In March 2014, the ILO Committee on Freedom of Association expressed its deep concern regarding the deregistration of the KTU and urged the government of Korea “to take the necessary measures to ensure the re-certification of the KTU without delay.” On 19 October 2017, the Committee on Economic, Social and Cultural Rights in the Office of the United Nations High Commissioner for Human Rights (OHCHR) also expressed its concerns on this case and recommended that “the State party make the necessary legislative amendments to guarantee the right of all persons to form and join trade unions freely.” Mr. Maina Kiai, the United Nations Special Rapporteur on the rights to freedom of peaceful assembly and of association, was invited to undertake an official mission from 20 to 29 January 2016. In concluding his visit, he also expressed his grave concerns regarding the overall labour situation in South Korea. In his last statement on January 29th, 2016, he stated: “I am concerned about the recent outlawing of the Korean Teachers and Education Workers union (KTU), because it retained nine dismissed teachers as members. International human rights law is clear that the dissolution of a trade union should only occur in extremely serious cases, as a measure of last resort. I do not consider that the case of the KTU met this high threshold.”

Article 23(4) of the Universal Declaration of Human Rights (UDHR) clearly states, "Everyone has the right to form and to join trade unions for the protection of his interests.” 60,000 South Korean teachers no longer have trade union representation. The Korean government still doesn’t comply with article 80 of the 1966 ILO/UNESCO Recommendation on the Status of Teachers that teachers should be free to exercise all civic rights generally enjoyed by the citizens and should be eligible to public offices. The Korean law prevents teachers from doing any political activities and engagement. Many teachers who tried to be involved in political activities got fired or punished. Even in education superintendent elections, teachers’ involvement is prohibited. Article 23(4) of the UDHR provides for the right to take part in politics. However, every citizen should fully enjoy political rights.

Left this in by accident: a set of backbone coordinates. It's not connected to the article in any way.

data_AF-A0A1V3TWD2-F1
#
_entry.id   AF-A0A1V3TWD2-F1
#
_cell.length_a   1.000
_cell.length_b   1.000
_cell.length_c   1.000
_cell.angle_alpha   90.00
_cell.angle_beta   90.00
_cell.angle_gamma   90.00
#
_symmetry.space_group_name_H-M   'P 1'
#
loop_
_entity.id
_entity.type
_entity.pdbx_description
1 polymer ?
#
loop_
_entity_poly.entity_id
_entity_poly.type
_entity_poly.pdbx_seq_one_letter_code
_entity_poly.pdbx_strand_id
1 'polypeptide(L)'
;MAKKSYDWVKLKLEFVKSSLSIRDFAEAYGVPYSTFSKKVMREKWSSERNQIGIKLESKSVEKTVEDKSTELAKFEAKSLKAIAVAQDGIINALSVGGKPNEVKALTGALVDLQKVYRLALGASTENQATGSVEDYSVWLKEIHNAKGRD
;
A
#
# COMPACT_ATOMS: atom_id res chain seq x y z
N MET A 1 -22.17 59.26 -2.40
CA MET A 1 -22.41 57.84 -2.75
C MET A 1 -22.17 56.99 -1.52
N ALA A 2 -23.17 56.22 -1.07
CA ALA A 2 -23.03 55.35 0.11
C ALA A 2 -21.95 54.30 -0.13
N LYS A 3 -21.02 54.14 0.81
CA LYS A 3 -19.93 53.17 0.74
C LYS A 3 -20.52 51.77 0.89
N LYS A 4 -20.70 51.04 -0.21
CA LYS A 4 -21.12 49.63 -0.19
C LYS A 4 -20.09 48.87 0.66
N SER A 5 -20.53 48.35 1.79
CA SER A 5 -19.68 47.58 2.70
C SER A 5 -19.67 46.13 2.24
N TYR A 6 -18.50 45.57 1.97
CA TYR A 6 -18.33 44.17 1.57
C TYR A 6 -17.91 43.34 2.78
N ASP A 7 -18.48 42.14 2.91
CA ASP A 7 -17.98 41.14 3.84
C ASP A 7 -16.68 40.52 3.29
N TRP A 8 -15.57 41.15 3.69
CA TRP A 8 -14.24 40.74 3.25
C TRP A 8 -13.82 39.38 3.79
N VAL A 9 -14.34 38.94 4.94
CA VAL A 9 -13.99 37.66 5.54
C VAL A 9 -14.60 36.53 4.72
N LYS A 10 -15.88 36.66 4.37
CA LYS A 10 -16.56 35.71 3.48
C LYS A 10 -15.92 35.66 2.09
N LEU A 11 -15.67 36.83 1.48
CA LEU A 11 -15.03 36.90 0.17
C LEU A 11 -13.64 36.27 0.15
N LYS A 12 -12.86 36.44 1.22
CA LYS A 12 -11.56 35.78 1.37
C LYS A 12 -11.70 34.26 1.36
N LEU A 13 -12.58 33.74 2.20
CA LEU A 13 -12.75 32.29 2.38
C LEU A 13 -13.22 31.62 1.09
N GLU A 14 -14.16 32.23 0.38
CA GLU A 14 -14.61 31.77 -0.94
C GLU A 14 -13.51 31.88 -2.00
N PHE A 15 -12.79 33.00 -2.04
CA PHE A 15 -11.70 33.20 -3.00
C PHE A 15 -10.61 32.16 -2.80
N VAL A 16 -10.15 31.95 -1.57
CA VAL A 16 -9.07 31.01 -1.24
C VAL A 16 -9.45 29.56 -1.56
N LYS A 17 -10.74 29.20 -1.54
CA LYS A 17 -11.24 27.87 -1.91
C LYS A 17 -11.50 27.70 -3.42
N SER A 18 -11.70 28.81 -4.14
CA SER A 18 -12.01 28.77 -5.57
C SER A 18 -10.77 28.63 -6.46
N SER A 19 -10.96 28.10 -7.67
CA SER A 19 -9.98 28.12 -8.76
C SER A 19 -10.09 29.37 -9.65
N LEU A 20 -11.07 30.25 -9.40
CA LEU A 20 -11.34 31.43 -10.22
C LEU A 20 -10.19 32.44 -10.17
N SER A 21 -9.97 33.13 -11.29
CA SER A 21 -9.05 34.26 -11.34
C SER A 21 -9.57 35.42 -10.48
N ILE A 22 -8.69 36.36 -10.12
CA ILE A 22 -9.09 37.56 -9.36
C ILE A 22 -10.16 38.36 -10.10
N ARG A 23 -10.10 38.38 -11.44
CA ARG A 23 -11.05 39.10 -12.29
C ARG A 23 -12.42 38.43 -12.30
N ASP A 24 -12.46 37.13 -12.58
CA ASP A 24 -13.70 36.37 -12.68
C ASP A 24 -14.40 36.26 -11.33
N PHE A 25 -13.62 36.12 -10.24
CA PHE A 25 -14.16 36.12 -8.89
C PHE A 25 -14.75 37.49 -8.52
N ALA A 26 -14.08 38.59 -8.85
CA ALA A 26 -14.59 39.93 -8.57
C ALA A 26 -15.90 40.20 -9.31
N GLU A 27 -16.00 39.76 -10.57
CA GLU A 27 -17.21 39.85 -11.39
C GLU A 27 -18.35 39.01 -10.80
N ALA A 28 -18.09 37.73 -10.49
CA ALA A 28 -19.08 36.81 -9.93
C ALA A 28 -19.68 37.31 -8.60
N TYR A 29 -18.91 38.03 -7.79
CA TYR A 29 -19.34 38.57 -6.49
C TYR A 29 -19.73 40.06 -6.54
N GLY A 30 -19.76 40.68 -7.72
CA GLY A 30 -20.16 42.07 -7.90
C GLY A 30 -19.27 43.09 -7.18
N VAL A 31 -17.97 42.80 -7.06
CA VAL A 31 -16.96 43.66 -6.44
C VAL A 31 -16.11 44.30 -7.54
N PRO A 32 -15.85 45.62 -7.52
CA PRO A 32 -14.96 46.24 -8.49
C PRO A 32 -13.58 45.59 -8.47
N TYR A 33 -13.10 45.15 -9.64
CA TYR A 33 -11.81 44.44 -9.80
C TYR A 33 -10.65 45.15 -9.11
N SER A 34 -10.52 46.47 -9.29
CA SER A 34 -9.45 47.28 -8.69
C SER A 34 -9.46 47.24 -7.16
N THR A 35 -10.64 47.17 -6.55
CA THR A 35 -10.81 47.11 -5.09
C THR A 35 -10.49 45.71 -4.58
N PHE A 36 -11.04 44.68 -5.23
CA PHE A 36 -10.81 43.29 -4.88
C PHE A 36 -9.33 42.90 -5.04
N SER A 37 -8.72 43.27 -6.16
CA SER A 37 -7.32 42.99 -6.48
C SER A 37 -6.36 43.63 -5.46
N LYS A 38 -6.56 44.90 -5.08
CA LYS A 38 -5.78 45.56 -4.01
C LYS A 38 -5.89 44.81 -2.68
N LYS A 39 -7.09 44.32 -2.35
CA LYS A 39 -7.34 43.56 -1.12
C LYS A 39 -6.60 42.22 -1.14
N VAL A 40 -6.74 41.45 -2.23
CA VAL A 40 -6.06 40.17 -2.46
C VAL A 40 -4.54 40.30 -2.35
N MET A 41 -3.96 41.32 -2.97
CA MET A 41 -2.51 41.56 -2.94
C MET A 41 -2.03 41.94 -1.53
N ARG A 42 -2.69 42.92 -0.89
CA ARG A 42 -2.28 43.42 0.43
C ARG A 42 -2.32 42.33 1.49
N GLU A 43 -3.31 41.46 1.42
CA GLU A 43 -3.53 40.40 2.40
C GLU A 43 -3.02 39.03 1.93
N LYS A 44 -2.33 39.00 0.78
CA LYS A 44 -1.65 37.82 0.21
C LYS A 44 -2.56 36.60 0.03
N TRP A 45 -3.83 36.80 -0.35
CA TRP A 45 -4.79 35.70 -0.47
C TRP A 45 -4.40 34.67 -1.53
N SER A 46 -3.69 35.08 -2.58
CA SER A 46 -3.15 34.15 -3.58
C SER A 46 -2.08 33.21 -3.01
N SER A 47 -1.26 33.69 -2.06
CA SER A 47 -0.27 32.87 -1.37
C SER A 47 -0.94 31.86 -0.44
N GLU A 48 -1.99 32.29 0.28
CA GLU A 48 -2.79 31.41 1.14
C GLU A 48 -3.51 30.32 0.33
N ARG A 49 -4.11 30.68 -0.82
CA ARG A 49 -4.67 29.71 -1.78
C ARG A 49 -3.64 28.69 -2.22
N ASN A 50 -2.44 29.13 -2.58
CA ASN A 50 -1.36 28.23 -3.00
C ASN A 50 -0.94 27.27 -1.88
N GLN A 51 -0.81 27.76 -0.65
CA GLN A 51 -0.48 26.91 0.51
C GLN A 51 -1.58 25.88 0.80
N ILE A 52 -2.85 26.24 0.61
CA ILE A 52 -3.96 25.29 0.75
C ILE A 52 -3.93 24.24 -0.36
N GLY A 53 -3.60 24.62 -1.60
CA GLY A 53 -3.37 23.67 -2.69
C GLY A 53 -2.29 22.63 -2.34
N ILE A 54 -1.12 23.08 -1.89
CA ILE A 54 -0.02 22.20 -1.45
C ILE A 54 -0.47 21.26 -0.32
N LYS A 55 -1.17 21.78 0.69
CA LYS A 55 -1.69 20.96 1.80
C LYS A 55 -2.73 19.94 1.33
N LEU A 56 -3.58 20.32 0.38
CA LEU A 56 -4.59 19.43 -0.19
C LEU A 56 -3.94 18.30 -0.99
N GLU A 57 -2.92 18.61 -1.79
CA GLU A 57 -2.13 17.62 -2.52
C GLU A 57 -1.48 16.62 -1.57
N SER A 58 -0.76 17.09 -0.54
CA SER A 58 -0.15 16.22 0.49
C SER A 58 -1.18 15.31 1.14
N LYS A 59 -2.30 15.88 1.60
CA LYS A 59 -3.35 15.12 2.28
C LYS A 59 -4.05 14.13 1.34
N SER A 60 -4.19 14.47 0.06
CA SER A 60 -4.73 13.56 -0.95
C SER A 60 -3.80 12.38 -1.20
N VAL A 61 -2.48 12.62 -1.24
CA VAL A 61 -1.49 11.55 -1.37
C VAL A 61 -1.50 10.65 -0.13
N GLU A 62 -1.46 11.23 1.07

The history of the KTU is the history of human rights in Korea. The KTU was a 10-year illegal teachers’ union, a 14-year legal union, and a 5-year decertified union. The KTU will celebrate its 30th anniversary in 2019. It will continue to speak up for teachers and to fight for quality education for all regardless of its legal status. However, Korean teachers have been deprived of universal human rights. They are not free to exercise all their civic rights only because they are teachers. As President Moon mentioned, we have a long way to go. The day has come to recognize the KTU as a legal union to move one step forward for human rights in Korea.

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10 December 2018 marks the 70th anniversary of the Universal Declaration of Human Rights (UDHR). The Declaration remains a relevant inspiration for educators and trade unionists worldwide, as it guarantees the right to form unions, freedom of expression and the right of all to quality education. Human rights requires an informed and continued demand by people for their protection. For this special occasion, Education International is releasing a series of blogs bringing voices and thoughts of unionists reflecting on struggles and accomplishments in this domain. The blogs reflect the continued commitment of education unionists, in every part of the world, in every community, to promote, defend and advance human rights and freedoms for the benefit of all.


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Hyunsu Hwang

Hyunsu Hwang teaches 10th graders as a high school English teacher in South Korea. He is the international director of the Korean Teachers and Education Workers Union (KTU, or Jeongyojo), and a member of Education International’s Asia-Pacific Regional Committee.He holds a Master in Professional Studies (MPS) degree in Labor and Global Workers' Rights from Pennsylvania State University.